As if surviving in the snow isn’t hard enough — with risks including avalanches and freezing to death, among others — imagine losing your eyesight and experiencing pain coupled with uncontrollable eye twitching. These are symptoms of snow blindness, a form of photokeratitis. It’s an eye condition caused by too much exposure to ultraviolet rays. In other words, snow blindness is caused by severe sunburn on your eyes. The sun’s reflection off of ice and snow causes snow blindness because it inflames the cornea, similar to looking at a welder or staring into a black light for too long. Photokeratitis can result from the sun reflecting off of sand and water as well. You can even get photokeratitis from staring at a solar eclipse without protective gear.
Snow blindness commonly occurs atop high mountains where air becomes thinner, providing less protection from UV rays. It’s not just those in snowy areas without protective eyewear who are at risk, but those wearing inadequate eyewear as well. (More on this later.)
Snow blindness can result from as little as half an hour of being in the sun. It may not present itself right away, and sometimes is not apparent until several hours after UV ray exposure. Symptoms include watery, bloodshot eyes that burn and twitch uncontrollably; swelling, which may be so severe the eyes become swollen shut; small pupils; sensitivity to light; a feeling of grit or sand in the eyes; and a headache.
And, as the name suggests, you could go blind. Often vision loss is temporary, but in cases of repeat exposure it can become permanent. According to the Environmental Protection Agency, long-term exposure to UV rays can cause skin cancer around the eyelids and lead to cataracts.
HOW TO SURVIVE
If you’re experiencing snow blindness, get out of the sun. If you wear contact lenses, remove them immediately. If you can, go to a dark room. If not, try to find cover in the shade. Merely closing your eyes may not be enough due to the thin layer of skin on your eyelids.
DON’T RUB YOUR EYES
Instead, cover them. Close your eyes and put a damp, cold washcloth over them to reduce discomfort. Use gauze bandages, eye covers, pads, or anything you can find that will keep light from penetrating the eye area. Also, blackening the skin underneath your eyes, like a pro football player, helps remove some of the reflection.
Relief may also be found by using eye drops or doctor-approved pain relievers and topical solutions.
Many of these treatment options are to alleviate pain, and according to the U.S. Food and Drug Administration most cases of snow blindness go away on their own because the cornea tends to heal itself within 24 to 48 hours. However, those suffering from snow blindness should still consult a doctor as soon as possible.
Aside from mountain climbers, coldweather sports enthusiasts such as skiers and snowboarders are also at risk if they don’t wear adequate protective eyewear. In addition to donning a sun-blocking hat or visor, other options include wearing UV-absorbent glasses or goggles. But remember, they have to block 99 to 100 percent of UVA/UVB rays and cover the entire eye area, otherwise you’re still at risk.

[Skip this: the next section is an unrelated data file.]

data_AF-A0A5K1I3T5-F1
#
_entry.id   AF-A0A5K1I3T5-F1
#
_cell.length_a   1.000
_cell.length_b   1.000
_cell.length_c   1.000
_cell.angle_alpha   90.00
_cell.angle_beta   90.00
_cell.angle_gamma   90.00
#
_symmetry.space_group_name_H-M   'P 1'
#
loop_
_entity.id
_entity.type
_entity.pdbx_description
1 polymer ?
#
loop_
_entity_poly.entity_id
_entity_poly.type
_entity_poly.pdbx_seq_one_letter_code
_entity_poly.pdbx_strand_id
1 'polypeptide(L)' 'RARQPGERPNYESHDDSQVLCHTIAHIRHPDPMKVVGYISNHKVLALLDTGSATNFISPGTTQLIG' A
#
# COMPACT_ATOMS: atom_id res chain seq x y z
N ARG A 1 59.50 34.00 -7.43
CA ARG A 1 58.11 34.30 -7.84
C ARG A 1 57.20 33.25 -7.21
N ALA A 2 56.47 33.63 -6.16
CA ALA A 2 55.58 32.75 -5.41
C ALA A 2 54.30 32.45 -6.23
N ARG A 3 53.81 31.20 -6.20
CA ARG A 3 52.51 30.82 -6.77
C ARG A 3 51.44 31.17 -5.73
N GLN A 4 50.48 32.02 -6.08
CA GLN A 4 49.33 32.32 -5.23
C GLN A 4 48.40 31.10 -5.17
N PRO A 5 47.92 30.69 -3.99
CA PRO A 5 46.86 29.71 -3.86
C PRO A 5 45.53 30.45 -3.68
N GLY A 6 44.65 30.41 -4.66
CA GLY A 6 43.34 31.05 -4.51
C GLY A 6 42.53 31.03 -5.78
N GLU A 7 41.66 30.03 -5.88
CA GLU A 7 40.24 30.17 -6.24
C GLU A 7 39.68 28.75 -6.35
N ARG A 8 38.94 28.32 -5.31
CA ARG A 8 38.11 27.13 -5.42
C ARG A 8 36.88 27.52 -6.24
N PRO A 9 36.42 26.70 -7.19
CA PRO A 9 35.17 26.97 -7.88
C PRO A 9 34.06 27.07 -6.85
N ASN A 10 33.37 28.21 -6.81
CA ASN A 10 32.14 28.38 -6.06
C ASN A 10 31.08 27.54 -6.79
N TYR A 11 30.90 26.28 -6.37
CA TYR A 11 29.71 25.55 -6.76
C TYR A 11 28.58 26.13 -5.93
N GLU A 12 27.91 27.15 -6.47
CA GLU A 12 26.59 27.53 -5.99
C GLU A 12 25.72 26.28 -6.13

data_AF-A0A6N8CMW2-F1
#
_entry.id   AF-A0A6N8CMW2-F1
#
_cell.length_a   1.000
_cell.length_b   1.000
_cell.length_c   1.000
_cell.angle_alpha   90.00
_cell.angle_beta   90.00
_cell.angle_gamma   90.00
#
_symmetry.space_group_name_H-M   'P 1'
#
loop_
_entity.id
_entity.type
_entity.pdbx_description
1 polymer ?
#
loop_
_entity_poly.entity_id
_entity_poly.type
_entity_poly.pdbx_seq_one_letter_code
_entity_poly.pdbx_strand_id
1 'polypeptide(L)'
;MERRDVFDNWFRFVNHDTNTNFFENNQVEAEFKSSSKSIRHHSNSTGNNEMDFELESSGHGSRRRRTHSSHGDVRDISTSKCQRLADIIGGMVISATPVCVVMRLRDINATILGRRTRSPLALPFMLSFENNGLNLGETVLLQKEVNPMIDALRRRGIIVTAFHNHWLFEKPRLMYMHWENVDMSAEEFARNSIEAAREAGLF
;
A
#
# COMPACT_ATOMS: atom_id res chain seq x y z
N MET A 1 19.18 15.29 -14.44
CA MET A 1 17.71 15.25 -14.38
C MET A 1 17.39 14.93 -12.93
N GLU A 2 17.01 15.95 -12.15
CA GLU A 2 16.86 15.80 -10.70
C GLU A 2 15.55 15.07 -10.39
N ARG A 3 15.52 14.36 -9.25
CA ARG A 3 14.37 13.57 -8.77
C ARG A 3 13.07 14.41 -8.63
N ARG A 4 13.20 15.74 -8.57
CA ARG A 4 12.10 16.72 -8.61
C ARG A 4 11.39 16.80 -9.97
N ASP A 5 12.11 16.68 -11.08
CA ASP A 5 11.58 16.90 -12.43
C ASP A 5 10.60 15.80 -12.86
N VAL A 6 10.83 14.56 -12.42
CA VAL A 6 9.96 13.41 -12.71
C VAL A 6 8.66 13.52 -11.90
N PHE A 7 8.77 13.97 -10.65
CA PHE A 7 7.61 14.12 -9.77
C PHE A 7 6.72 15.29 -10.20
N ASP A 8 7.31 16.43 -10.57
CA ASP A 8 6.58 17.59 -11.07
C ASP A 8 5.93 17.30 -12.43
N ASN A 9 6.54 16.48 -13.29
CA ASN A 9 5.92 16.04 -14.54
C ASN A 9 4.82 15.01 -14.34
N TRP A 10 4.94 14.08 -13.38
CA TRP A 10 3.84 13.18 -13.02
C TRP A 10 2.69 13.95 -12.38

SUNGLASSES MIGHT NOT BE ENOUGH
Generally, the labels on sunglasses should indicate what protection, if any, is provided. Labels that say “UV absorption up to 400 nm” or “Meets ANSI UV Requirements” indicate the item blocks at least 99 percent of UV rays, according to the American Cancer Society. If a label says “cosmetic,” the sunglasses or goggles will block about 70 percent of UV rays. Wrap-style sunglasses offer better protection than sunglasses that don’t cover all sides of the eye.
Snow or ski goggles with dark or mirrored UV lenses work great because they fit tightly and cover the eye completely. In addition to UV protection, features of snow goggles range from polarized lenses to photochromic lenses that change their tint in response to UV intensity. Mirrored lenses can also be helpful protection.
In addition, glacier goggles offer UV protection and often darker lenses. With any type of glasses or goggles, flexible frames that fit the unique shape of your face are best. Over-the-glass styles exist if you wear glasses and want to put your snow goggles over them. If you wear contacts, some provide protection but not necessarily enough to protect you from snow blindness. Don’t risk it. Always wear protective eyewear.
Make Your Own
In a pinch, you can make your own snow goggles. Some protection is better than no protection. Remember, no matter what kind of makeshift glasses you make, the most important thing is to ensure the amount of light that reaches your eyes is as minimal as possible. Duct tape can be used to make snow goggles. If you’re prepared enough to bring duct tape, chances are you brought glasses or goggles, too. But duct-tape glasses can be used if regular snow goggles have been lost or broken. Duct tape can be handy in a number of survival situations, either way, so packing some in an emergency kit is never a bad idea.
Did You Know?
In addition to causing sunburn, premature aging and skin cancer, tanning lamps and beds can also cause photokeratitis because they emit artificial UV rays, according to the U.S. Food and Drug Administration. Tanning salons typically provide protective eyewear, along with towels that clients can put on their faces, to minimize the risk.
Editors Note: A version of this article first appeared in the March 2015 print issue of American Survival Guide.
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